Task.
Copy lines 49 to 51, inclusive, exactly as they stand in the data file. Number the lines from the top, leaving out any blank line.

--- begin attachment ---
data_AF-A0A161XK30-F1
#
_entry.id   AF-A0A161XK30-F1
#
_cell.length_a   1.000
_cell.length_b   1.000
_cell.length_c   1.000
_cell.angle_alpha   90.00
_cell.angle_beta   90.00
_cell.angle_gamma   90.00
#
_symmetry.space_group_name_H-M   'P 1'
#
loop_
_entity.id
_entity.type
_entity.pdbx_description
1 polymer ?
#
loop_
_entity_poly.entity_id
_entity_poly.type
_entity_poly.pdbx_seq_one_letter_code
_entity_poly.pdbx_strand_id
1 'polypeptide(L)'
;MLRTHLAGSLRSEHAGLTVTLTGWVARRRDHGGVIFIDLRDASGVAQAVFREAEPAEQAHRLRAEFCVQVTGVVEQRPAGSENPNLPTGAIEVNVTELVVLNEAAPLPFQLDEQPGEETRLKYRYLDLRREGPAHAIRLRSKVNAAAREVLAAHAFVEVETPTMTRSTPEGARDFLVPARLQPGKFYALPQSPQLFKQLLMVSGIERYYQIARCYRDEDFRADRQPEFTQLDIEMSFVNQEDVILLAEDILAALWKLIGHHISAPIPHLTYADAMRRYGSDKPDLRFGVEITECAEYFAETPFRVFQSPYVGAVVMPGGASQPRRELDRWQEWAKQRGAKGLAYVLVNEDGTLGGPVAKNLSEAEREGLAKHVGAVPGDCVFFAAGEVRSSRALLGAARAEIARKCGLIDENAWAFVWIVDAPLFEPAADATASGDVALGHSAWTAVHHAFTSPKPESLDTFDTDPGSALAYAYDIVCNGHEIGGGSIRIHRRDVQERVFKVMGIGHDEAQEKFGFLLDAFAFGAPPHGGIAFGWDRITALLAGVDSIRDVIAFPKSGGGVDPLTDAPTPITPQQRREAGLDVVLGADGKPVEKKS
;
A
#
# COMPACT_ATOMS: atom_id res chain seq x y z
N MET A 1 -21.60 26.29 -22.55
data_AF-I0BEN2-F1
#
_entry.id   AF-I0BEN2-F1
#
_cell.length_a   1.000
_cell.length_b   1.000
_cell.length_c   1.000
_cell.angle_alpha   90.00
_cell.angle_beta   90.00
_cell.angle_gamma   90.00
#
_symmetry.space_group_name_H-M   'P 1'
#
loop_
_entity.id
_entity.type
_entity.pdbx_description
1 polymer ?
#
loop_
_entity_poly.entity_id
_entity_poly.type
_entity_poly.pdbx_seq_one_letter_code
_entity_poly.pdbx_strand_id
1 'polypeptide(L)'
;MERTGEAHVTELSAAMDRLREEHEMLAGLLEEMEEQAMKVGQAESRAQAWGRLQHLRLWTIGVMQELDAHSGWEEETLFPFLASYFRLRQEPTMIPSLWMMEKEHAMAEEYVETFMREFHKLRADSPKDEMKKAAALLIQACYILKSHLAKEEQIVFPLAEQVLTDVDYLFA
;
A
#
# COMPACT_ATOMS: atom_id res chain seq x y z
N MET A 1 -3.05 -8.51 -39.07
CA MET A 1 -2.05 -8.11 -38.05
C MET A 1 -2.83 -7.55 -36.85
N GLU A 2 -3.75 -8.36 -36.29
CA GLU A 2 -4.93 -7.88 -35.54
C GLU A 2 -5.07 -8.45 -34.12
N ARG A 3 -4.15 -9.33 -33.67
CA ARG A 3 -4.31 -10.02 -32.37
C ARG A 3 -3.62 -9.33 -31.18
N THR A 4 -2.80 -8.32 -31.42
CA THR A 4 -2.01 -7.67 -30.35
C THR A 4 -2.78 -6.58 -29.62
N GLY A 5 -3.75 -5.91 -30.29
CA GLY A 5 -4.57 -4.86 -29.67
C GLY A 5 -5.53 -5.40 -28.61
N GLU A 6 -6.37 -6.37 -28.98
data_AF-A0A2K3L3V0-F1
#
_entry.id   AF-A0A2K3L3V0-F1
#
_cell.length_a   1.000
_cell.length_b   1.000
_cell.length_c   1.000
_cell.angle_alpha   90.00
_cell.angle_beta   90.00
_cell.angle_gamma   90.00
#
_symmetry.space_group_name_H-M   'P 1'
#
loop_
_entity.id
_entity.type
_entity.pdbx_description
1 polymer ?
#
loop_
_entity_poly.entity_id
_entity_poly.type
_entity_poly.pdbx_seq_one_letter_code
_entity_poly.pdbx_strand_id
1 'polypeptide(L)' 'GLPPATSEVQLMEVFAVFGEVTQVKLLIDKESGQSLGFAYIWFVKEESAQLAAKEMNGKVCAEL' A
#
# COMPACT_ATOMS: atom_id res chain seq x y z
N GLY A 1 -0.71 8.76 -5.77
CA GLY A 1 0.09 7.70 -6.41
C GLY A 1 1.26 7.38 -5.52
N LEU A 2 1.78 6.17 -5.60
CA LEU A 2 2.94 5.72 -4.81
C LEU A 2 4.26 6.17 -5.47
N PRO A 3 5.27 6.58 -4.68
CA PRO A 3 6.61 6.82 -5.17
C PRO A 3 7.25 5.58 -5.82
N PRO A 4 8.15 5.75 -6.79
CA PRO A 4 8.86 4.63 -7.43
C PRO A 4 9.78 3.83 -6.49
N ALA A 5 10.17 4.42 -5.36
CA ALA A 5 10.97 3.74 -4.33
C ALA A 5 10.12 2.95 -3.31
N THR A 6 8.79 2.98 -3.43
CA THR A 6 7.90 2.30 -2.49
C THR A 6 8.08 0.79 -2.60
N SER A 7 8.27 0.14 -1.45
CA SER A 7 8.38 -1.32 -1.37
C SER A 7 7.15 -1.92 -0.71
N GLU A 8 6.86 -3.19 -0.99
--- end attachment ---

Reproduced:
1 polymer ?
#
loop_